Now that more people work from home, neck and back complaints are on the increase. This is largely because many employees do not have an ergonomic office chair for working from home. Until recently, there was a lot of uncertainty surrounding the provision or reimbursement of office furniture for working from home. Fortunately, the new Home Working Circular offers some relief: the employer can now reimburse or make available office furniture for home working, and the tax authorities do not consider this to be a taxable benefit in kind.
In this article, we look at some practical points of attention regarding these office chairs.
Reimbursement or making available?
If the equipment is purchased by employees, the cost of reimbursement can be spread out and there is no need to call on an external supplier. It is also easier from an accounting point of view.
The advantage of making equipment available is that the employer can choose which options to offer, such as placing emphasis on ergonomics. Furthermore, the employer usually enjoys additional discounts, and it is easier for the employee. If the chair is made available, we expect that it will be possible to include it in a cafeteria plan. However, this still needs to be confirmed by the social security and tax authorities.
Avoiding choice-related stress
To avoid the complexities of calculating the implications of different options, it is a good idea to draw up a limited list of office equipment from which employees can choose. An expensive designer table, for example, will soon be in the sights of the taxman, and anything above the purchase value of average office furniture will be taxed as a benefit in kind. With a limited list, the employer can properly manage what is offered to the employee.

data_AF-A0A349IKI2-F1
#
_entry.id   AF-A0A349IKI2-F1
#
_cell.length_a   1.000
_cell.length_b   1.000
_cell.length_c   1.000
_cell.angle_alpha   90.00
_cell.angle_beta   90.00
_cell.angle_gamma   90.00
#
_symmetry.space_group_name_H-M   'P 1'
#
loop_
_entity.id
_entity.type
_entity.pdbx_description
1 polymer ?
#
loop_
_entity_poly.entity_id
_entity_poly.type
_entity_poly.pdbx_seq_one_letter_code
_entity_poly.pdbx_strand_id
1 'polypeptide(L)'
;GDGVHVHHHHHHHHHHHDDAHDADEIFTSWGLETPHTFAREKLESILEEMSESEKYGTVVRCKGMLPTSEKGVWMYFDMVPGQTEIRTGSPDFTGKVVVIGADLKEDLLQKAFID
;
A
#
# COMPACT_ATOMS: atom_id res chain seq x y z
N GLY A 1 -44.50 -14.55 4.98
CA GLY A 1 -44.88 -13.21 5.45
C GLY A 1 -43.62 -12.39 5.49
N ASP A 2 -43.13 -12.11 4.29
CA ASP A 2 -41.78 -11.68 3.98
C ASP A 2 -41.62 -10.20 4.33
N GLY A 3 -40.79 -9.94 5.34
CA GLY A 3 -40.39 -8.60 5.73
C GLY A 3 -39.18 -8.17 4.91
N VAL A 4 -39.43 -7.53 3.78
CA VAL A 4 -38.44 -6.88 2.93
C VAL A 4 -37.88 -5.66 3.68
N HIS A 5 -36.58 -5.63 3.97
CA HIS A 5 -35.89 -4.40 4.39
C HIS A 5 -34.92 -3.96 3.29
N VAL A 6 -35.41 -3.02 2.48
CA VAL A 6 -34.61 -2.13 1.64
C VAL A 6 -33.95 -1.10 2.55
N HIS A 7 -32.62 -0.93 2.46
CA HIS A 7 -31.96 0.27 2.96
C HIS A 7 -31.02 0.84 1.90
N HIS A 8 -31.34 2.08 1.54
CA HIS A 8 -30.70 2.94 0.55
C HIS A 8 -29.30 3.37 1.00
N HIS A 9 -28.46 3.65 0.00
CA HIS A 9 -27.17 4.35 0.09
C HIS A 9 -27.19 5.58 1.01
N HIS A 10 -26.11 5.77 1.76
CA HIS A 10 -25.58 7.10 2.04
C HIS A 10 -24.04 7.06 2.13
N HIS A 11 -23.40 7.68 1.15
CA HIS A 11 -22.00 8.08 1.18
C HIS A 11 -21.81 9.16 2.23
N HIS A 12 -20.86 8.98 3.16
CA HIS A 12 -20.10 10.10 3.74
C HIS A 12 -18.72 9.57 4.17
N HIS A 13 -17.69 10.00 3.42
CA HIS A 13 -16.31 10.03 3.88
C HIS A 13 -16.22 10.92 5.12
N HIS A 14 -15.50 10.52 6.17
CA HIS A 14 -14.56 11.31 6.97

What to do when leaving service?
The circular mentions a period of availability of 10 years for an office chair, table and/or cupboard, and 5 years for a desk lamp. If the employee can keep these goods when leaving or when the working from home agreement is finished, tax on the real residual value of the investment must be paid or a personal contribution must be paid. An alternative is that the office chair can be returned, however this is not always easy as related costs of transport and maintenance can be very high.
Other points of interest?
We also recommend that you carefully investigate all the tax and accounting aspects, such as the deduction of VAT, as this is not regulated in the circular.
How to choose the right supplier?
The choice of supplier for your office equipment is also important.
- Choose quality materials and equipment that last and pay attention to the ergonomics of the chair.
- Direct delivery to employees' homes is important. It is best to work with 'track & trace' to make communication with the employee as clear as possible. Not all B2B suppliers are used to delivering to private individuals.
- It is important that the equipment is easy to use. Try to avoid equipment that requires employees to navigate complicated setup or assembly.